Funded PhD Opportunity Application of the Theory of Planned Behaviour to understand health-related help-seeking among farmers

This opportunity is now closed.

Subject: Psychology, Psychiatry and Neuroscience

Summary

In addition to the essential criteria noted below, the Degree (or equivalent) qualification must be in Psychology or a closely related discipline. We will accept applications from candidates who are about to hold

* a minimum of and Upper Second Class Honours (2:1) Degree in Psychology or closely related discipline (or overseas award deemed equivalent via UK NARIC) .

* An additional Desirable criteria that may be applied is holding, being about to hold, a Master's level qualification in Psychology or a closely related discipline.

*You must provide official, final results of qualifications used to meet the academic requirements before the start of the studentship

Farmers are a high-risk demographic for poor physical and mental health and wellbeing, and account for the highest number of suicides compared to other occupation groups in the UK (Gregorie, 2002). Farmers in Northern Ireland report an unwillingness to seek help despite experiencing high levels of psychological and emotional distress, particularly male farmers (Carswell, & Cassidy, 2018). Efforts to improve health in communities must be founded in a clear knowledge and understanding of the factors which influence help-seeking behaviour (Judd, Jackson, Komiti, Murray, Frasier, Grieve. Gomez, 2006). In a systematic review Yousaf, Grunfield and Hunter identified, embarrassment and anxiety, sense of vulnerability, dismissing symptoms as unimportant, and poor communication and rapport with health professionals, as major barriers to help-seeking among males.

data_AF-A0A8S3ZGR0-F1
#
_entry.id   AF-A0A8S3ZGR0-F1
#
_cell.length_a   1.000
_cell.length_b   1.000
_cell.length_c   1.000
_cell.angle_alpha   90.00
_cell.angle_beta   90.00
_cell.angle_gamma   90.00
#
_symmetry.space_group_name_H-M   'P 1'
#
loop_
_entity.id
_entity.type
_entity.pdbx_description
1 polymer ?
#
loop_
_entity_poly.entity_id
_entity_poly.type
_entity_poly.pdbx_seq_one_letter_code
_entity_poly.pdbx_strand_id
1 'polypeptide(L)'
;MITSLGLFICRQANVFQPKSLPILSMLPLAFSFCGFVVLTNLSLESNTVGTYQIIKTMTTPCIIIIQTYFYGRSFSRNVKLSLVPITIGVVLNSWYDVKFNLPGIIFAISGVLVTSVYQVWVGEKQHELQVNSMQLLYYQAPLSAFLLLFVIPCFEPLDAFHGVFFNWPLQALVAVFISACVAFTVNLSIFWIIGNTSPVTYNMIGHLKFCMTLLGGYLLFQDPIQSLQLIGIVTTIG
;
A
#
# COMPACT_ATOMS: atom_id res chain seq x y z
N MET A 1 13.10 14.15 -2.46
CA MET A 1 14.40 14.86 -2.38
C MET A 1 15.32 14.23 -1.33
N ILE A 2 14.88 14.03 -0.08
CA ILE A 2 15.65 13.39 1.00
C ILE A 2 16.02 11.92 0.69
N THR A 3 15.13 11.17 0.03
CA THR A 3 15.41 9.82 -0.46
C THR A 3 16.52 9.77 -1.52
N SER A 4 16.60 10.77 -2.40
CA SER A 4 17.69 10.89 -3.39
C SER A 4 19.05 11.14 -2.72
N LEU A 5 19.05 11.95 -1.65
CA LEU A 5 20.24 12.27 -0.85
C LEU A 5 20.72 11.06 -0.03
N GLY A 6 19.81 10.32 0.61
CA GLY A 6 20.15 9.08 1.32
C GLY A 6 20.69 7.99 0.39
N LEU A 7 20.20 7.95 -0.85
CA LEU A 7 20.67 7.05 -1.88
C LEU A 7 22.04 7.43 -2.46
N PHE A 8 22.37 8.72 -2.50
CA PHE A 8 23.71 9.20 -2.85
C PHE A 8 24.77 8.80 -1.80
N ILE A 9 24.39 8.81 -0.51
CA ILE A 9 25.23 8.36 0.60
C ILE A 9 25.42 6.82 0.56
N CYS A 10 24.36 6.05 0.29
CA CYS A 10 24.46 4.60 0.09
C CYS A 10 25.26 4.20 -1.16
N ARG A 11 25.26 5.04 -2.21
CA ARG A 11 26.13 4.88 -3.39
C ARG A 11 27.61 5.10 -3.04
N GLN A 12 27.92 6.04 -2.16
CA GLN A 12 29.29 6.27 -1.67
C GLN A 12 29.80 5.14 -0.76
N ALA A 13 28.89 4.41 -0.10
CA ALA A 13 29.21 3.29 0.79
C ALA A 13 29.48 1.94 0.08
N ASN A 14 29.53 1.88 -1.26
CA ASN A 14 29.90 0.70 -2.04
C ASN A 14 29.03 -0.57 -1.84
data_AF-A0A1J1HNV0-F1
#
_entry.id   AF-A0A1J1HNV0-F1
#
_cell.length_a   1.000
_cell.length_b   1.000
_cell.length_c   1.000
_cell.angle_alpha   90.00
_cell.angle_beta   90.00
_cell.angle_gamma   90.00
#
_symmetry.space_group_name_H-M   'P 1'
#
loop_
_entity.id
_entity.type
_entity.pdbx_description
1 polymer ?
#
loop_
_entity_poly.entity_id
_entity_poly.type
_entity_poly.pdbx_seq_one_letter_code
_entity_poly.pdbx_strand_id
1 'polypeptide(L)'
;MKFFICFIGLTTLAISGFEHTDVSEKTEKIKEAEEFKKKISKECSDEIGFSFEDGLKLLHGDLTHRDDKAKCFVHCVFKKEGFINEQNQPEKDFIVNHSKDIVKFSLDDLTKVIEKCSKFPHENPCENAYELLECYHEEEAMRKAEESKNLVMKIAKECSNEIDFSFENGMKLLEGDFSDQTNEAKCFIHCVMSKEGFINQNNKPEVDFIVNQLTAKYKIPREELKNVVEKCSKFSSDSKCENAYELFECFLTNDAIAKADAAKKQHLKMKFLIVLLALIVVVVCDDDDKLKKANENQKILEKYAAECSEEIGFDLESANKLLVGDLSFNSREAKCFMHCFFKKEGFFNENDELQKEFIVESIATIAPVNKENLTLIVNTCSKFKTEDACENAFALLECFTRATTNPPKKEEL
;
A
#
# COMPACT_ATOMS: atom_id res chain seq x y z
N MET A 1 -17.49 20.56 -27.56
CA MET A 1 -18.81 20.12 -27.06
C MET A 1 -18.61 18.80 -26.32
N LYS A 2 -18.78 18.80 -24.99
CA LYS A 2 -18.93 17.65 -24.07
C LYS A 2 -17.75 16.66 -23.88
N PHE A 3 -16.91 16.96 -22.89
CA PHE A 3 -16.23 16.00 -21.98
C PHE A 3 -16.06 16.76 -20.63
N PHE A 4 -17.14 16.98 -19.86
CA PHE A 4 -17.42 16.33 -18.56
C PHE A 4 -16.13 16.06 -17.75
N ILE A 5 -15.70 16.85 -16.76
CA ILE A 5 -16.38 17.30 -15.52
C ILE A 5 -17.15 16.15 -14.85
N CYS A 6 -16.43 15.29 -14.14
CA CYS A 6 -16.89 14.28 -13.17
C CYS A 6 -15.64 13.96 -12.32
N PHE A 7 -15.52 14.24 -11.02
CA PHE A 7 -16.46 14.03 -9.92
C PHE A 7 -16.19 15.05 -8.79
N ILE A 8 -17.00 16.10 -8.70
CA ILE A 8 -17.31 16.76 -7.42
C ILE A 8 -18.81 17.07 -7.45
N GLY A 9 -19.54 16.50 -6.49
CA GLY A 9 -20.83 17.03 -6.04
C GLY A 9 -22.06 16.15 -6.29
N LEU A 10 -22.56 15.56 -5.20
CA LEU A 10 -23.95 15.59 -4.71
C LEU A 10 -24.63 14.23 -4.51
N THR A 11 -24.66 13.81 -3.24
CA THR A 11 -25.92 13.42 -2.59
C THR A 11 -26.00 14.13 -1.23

Mental health stigma and masculine norms have been reported to be twice as strong among rural men in comparison to the general population of males and females (Hammer, Vogel & Heimerdinger-Edwards, 2013). In comparison, Paxton & Sutherland (2000) argue that the farmer’s wife/ partner may face pressure as the main confidant to their husband, essentially holding the home and family together. Exploring the female perspective on their husband’s attitudes/ social norms towards help-seeking and the readiness of the wives to support their husband to seek help may assist in understanding lack of health-related help-seeking behaviour among this cohort.

The Theory of Planned behaviour (TPB; Ajzen, 1991) is a well-supported predictive model that encompasses the constructs of:  attitude, social norms, and perceived behavioural control which determine the strength of the behavioural intention. A plethora of literature has shown that intentions predict help-seeking behaviour (Fishebein, Ajex & McArdle, 1980; Lin, Oveisi, Burri, & Pakpour, 2017).